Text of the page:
Abstract: Confidence calibration -- the problem of predicting probability estimates representative of the true correctness likelihood -- is important for classification models in many applications. We discover that modern neural networks, unlike those from a decade ago, are poorly calibrated. Through extensive experiments, we observe that depth, width, weight decay, and Batch Normalization are important factors influencing calibration. We evaluate the performance of various post-processing calibration methods on state-of-the-art architectures with image and document classification datasets. Our analysis and experiments not only offer insights into neural network learning, but also provide a simple and straightforward recipe for practical settings: on most datasets, temperature scaling -- a single-parameter variant of Platt Scaling -- is surprisingly effective at calibrating predictions.

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1,832 citations


Proceedings Article
06 Jul 2015-
TL;DR: It is demonstrated on eight real world document classification data sets, in comparison with seven state-of-the-art baselines, that the Word Mover's Distance metric leads to unprecedented low k-nearest neighbor document classification error rates.

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Abstract: We present the Word Mover's Distance (WMD), a novel distance function between text documents. Our work is based on recent results in word embeddings that learn semantically meaningful representations for words from local cooccurrences in sentences. The WMD distance measures the dissimilarity between two text documents as the minimum amount of distance that the embedded words of one document need to "travel" to reach the embedded words of another document. We show that this distance metric can be cast as an instance of the Earth Mover's Distance, a well studied transportation problem for which several highly efficient solvers have been developed. Our metric has no hyperparameters and is straight-forward to implement. Further, we demonstrate on eight real world document classification data sets, in comparison with seven state-of-the-art baselines, that the WMD metric leads to unprecedented low k-nearest neighbor document classification error rates.

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1,473 citations


Cited by
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Proceedings ArticleDOI
Christian Szegedy1, Wei Liu2, Yangqing Jia1, Pierre Sermanet1  +5 moreInstitutions (3)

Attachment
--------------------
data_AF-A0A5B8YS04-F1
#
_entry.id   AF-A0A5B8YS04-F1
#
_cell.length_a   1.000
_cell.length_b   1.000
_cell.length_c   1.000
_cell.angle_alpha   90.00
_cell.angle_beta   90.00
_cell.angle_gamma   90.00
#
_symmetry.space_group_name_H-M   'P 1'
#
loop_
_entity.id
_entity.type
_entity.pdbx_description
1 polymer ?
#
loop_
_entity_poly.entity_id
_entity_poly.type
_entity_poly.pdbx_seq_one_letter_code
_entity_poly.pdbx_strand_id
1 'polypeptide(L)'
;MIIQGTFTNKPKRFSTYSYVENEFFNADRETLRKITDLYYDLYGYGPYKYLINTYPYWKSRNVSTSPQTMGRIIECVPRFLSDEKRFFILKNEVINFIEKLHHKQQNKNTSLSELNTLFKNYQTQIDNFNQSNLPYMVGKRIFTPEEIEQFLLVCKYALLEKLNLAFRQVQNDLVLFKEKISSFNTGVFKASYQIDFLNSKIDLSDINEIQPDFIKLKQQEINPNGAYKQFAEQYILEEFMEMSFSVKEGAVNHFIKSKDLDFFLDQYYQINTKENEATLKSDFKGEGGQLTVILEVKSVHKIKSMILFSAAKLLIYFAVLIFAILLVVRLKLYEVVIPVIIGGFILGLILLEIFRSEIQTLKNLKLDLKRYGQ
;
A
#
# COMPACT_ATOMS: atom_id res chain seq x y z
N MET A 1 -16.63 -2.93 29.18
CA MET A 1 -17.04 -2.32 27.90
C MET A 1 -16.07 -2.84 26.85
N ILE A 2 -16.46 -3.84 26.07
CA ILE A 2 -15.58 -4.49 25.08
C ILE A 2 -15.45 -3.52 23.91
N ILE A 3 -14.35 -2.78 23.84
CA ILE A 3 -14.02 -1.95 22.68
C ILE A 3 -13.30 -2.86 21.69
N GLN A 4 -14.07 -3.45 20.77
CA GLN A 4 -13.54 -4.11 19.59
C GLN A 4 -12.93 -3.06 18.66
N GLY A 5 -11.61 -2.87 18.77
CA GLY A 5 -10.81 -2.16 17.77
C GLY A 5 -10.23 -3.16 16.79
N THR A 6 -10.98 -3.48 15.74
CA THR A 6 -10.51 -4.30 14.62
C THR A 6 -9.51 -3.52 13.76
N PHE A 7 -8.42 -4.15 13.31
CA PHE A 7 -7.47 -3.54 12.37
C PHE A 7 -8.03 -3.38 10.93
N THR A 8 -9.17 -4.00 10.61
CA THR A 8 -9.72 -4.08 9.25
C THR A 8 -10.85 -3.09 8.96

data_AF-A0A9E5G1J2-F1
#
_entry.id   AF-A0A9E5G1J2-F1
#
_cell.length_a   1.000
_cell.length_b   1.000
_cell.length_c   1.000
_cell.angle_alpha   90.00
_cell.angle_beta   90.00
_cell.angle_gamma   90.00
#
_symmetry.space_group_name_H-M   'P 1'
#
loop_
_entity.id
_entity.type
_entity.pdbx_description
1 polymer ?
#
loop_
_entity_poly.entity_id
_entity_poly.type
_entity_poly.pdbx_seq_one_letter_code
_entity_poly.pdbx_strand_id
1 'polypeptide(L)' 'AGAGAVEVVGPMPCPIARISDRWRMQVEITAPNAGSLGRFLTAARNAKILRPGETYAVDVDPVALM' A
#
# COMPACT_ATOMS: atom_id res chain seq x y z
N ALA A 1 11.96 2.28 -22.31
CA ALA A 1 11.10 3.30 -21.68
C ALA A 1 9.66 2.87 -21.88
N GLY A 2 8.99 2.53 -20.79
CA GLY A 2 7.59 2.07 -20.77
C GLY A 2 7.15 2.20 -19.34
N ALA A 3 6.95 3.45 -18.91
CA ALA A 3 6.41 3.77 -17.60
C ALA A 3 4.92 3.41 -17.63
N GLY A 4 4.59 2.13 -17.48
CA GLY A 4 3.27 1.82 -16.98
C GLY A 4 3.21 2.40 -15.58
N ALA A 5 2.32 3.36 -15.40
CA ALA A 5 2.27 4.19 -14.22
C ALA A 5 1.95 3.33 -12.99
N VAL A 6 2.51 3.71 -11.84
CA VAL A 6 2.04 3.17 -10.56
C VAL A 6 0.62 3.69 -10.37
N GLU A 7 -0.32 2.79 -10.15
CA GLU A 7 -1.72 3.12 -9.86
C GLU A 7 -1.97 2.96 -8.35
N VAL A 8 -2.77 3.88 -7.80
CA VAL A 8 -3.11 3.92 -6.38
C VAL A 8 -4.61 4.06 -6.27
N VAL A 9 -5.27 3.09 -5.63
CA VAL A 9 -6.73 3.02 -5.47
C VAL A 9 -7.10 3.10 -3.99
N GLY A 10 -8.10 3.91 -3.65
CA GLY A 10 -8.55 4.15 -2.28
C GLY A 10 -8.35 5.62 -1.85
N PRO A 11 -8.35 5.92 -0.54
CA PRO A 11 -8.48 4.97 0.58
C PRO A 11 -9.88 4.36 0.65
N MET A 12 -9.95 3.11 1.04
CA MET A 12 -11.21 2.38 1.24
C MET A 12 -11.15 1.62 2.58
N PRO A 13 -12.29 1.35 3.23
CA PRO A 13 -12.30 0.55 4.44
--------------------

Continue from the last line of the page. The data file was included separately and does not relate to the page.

07 Jun 2015-
Abstract: We propose a deep convolutional neural network architecture codenamed Inception that achieves the new state of the art for classification and detection in the ImageNet Large-Scale Visual Recognition Challenge 2014 (ILSVRC14). The main hallmark of this architecture is the improved utilization of the computing resources inside the network. By a carefully crafted design, we increased the depth and width of the network while keeping the computational budget constant. To optimize quality, the architectural decisions were based on the Hebbian principle and the intuition of multi-scale processing. One particular incarnation used in our submission for ILSVRC14 is called GoogLeNet, a 22 layers deep network, the quality of which is assessed in the context of classification and detection.

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29,453 citations


Journal Article
TL;DR: It is shown that dropout improves the performance of neural networks on supervised learning tasks in vision, speech recognition, document classification and computational biology, obtaining state-of-the-art results on many benchmark data sets.

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Abstract: Deep neural nets with a large number of parameters are very powerful machine learning systems. However, overfitting is a serious problem in such networks. Large networks are also slow to use, making it difficult to deal with overfitting by combining the predictions of many different large neural nets at test time. Dropout is a technique for addressing this problem. The key idea is to randomly drop units (along with their connections) from the neural network during training. This prevents units from co-adapting too much. During training, dropout samples from an exponential number of different "thinned" networks. At test time, it is easy to approximate the effect of averaging the predictions of all these thinned networks by simply using a single unthinned network that has smaller weights. This significantly reduces overfitting and gives major improvements over other regularization methods. We show that dropout improves the performance of neural networks on supervised learning tasks in vision, speech recognition, document classification and computational biology, obtaining state-of-the-art results on many benchmark data sets.